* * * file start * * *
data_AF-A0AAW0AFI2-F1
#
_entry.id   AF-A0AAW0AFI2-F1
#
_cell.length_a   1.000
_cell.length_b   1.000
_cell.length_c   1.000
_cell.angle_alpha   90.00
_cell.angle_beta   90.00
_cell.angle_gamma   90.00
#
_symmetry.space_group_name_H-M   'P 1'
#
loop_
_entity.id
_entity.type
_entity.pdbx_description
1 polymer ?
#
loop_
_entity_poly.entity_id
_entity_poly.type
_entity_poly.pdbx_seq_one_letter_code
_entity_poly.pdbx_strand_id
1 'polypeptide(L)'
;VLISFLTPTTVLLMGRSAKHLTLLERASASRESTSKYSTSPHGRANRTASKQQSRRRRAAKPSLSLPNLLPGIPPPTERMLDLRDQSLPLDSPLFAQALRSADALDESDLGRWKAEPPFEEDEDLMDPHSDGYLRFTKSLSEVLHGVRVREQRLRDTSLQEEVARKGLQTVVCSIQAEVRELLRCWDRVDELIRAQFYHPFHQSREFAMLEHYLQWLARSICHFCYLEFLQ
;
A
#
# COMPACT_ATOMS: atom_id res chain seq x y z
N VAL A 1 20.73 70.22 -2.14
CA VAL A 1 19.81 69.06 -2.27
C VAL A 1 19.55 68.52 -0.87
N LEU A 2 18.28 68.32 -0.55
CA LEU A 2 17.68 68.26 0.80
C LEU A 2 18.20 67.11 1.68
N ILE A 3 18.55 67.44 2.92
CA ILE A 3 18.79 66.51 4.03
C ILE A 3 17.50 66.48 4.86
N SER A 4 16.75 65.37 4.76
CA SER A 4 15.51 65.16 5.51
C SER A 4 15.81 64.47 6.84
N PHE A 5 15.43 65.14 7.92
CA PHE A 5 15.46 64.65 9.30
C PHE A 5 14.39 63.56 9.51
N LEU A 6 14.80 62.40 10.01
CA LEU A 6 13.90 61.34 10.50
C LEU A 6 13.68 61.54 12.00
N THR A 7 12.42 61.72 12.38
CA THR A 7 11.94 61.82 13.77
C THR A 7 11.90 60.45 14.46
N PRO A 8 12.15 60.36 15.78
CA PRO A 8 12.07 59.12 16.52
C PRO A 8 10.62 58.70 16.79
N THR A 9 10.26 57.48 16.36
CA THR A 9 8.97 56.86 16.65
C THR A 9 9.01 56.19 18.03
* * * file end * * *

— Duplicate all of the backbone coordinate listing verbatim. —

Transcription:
data_AF-A0AAW0AFI2-F1
#
_entry.id   AF-A0AAW0AFI2-F1
#
_cell.length_a   1.000
_cell.length_b   1.000
_cell.length_c   1.000
_cell.angle_alpha   90.00
_cell.angle_beta   90.00
_cell.angle_gamma   90.00
#
_symmetry.space_group_name_H-M   'P 1'
#
loop_
_entity.id
_entity.type
_entity.pdbx_description
1 polymer ?
#
loop_
_entity_poly.entity_id
_entity_poly.type
_entity_poly.pdbx_seq_one_letter_code
_entity_poly.pdbx_strand_id
1 'polypeptide(L)'
;VLISFLTPTTVLLMGRSAKHLTLLERASASRESTSKYSTSPHGRANRTASKQQSRRRRAAKPSLSLPNLLPGIPPPTERMLDLRDQSLPLDSPLFAQALRSADALDESDLGRWKAEPPFEEDEDLMDPHSDGYLRFTKSLSEVLHGVRVREQRLRDTSLQEEVARKGLQTVVCSIQAEVRELLRCWDRVDELIRAQFYHPFHQSREFAMLEHYLQWLARSICHFCYLEFLQ
;
A
#
# COMPACT_ATOMS: atom_id res chain seq x y z
N VAL A 1 20.73 70.22 -2.14
CA VAL A 1 19.81 69.06 -2.27
C VAL A 1 19.55 68.52 -0.87
N LEU A 2 18.28 68.32 -0.55
CA LEU A 2 17.68 68.26 0.80
C LEU A 2 18.20 67.11 1.68
N ILE A 3 18.55 67.44 2.92
CA ILE A 3 18.79 66.51 4.03
C ILE A 3 17.50 66.48 4.86
N SER A 4 16.75 65.37 4.76
CA SER A 4 15.51 65.16 5.51
C SER A 4 15.81 64.47 6.84
N PHE A 5 15.43 65.14 7.92
CA PHE A 5 15.46 64.65 9.30
C PHE A 5 14.39 63.56 9.51
N LEU A 6 14.80 62.40 10.01
CA LEU A 6 13.90 61.34 10.50
C LEU A 6 13.68 61.54 12.00
N THR A 7 12.42 61.72 12.38
CA THR A 7 11.94 61.82 13.77
C THR A 7 11.90 60.45 14.46
N PRO A 8 12.15 60.36 15.78
CA PRO A 8 12.07 59.12 16.52
C PRO A 8 10.62 58.70 16.79
N THR A 9 10.26 57.48 16.36
CA THR A 9 8.97 56.86 16.65
C THR A 9 9.01 56.19 18.03